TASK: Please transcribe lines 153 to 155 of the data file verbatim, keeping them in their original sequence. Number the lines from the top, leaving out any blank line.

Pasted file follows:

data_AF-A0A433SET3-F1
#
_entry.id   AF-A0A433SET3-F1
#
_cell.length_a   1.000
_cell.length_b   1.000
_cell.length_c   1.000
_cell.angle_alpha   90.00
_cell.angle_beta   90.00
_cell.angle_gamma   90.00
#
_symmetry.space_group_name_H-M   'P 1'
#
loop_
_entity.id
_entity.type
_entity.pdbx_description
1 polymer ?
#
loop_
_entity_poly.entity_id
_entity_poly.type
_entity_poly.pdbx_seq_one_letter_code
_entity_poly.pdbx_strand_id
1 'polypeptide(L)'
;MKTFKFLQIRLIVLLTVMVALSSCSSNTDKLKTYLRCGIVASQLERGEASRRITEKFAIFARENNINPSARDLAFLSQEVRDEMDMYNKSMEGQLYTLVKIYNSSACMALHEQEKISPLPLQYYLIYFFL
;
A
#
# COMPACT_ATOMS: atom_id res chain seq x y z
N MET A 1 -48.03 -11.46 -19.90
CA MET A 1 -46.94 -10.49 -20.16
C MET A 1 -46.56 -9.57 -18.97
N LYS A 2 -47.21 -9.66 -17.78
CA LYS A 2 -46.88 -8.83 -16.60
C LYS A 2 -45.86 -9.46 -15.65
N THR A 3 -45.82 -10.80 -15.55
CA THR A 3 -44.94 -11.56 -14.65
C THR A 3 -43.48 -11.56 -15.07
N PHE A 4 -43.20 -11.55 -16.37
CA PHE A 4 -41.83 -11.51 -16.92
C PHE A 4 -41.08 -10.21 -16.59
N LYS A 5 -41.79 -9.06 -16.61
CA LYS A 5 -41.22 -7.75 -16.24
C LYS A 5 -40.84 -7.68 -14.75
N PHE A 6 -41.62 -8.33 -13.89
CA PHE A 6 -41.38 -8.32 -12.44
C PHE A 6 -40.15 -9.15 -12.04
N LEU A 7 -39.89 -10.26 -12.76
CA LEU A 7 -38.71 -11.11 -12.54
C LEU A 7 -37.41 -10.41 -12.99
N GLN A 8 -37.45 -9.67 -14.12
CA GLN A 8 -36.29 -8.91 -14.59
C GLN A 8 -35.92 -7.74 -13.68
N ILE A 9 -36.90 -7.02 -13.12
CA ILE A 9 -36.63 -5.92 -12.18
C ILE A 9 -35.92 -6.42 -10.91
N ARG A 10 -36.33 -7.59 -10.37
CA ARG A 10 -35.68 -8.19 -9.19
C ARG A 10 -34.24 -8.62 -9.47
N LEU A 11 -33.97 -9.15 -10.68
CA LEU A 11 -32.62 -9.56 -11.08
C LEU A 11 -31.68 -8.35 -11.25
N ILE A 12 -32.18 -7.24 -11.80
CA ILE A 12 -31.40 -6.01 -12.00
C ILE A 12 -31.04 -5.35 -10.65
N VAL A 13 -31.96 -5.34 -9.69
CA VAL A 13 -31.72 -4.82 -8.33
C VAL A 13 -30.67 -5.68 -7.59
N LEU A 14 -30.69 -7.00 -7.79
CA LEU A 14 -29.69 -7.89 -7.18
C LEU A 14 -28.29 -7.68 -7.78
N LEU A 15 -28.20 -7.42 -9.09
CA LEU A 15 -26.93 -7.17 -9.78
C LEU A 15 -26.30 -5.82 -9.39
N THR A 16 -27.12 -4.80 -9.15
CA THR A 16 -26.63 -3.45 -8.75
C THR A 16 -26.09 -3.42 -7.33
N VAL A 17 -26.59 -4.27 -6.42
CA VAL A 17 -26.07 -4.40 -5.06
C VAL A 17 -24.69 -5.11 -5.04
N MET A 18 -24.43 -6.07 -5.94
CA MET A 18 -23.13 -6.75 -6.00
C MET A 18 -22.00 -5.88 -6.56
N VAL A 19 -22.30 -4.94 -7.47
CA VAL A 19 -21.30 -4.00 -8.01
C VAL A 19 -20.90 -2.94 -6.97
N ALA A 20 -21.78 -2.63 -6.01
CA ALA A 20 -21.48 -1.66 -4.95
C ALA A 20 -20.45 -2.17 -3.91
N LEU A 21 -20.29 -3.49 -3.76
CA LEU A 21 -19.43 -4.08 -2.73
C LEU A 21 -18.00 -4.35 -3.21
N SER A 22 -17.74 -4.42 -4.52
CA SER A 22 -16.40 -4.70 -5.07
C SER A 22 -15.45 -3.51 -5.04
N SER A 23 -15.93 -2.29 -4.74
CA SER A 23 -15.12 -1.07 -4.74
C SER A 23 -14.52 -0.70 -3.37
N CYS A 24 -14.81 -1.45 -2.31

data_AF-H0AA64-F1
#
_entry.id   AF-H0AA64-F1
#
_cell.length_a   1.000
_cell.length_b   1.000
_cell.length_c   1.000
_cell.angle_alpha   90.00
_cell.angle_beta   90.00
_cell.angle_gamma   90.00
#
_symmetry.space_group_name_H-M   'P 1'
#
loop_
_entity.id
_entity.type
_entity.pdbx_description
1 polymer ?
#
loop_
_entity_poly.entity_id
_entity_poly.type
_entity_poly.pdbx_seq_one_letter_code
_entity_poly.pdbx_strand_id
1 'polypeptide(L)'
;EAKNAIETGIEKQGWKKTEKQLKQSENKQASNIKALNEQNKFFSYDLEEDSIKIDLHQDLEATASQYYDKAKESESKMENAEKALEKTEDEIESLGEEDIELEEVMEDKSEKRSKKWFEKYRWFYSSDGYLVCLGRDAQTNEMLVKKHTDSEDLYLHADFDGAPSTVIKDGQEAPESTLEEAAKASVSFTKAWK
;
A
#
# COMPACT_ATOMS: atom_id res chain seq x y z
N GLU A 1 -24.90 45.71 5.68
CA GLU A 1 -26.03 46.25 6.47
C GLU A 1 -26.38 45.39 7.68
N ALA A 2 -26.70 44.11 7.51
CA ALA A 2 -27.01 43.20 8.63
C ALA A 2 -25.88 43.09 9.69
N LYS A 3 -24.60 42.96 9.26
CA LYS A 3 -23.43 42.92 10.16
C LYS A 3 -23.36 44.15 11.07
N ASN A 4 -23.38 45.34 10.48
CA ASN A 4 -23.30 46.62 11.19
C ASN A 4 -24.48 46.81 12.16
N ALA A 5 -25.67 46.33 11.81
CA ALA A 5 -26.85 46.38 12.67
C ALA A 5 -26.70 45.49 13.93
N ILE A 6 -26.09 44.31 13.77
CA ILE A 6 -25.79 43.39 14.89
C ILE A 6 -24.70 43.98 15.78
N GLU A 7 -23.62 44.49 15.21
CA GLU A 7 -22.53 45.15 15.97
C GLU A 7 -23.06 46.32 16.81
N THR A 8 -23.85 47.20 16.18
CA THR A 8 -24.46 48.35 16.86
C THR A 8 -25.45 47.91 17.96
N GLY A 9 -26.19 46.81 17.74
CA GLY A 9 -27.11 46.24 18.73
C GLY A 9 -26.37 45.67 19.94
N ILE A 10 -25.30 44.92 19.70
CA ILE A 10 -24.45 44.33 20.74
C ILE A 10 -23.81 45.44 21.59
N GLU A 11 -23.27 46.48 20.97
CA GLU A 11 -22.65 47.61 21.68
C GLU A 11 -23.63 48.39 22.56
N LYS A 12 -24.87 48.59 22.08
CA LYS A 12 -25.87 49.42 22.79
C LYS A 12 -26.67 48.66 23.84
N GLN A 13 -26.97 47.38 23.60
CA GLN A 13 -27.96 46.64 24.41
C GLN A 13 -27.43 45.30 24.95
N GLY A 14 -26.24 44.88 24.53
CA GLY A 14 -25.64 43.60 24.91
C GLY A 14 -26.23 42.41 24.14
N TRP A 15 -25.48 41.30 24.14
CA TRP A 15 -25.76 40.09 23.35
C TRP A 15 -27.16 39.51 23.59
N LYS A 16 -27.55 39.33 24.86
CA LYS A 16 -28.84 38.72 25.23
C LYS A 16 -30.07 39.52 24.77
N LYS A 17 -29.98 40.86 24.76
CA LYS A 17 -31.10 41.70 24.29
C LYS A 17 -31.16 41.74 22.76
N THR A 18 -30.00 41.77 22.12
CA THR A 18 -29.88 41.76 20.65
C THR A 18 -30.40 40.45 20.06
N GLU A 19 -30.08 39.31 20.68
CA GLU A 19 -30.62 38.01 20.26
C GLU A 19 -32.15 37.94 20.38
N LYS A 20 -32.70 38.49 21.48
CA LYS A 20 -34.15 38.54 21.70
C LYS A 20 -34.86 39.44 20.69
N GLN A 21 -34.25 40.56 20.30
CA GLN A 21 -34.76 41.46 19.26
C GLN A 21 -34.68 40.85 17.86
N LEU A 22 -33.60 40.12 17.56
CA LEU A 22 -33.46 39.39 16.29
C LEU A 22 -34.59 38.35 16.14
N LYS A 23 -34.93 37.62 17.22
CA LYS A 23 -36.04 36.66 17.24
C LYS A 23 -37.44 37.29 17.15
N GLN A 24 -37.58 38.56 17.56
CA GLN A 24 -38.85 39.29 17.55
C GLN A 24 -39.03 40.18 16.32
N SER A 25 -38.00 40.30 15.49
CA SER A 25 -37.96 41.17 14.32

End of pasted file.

CA THR A 8 -24.46 48.35 16.86
C THR A 8 -25.45 47.91 17.96
N GLY A 9 -26.19 46.81 17.74